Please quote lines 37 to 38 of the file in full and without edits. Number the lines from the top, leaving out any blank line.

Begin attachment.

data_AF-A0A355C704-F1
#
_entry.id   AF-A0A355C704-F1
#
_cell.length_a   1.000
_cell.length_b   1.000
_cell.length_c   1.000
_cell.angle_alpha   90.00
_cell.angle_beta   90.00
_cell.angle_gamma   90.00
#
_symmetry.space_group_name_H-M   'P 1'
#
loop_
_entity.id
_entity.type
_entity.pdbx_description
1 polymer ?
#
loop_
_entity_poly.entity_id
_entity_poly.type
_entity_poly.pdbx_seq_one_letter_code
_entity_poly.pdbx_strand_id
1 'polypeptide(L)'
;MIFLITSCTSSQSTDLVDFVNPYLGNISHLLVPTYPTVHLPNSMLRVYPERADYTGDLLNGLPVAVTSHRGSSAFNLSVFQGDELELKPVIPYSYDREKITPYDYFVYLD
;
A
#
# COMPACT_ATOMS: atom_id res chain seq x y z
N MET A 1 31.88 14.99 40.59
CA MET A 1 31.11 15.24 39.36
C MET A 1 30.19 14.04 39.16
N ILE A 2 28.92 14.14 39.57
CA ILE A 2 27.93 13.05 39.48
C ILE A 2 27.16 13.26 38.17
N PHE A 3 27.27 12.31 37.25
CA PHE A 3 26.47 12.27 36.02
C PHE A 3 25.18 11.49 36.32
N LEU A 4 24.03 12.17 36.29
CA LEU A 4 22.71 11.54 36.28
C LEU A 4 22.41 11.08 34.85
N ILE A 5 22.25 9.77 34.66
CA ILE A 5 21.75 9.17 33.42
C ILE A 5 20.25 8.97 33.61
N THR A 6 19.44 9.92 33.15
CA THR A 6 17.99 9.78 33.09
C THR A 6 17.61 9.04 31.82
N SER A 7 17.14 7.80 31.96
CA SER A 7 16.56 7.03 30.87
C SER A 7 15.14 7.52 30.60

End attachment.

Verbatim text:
N PHE A 3 27.27 12.31 37.25
CA PHE A 3 26.47 12.27 36.02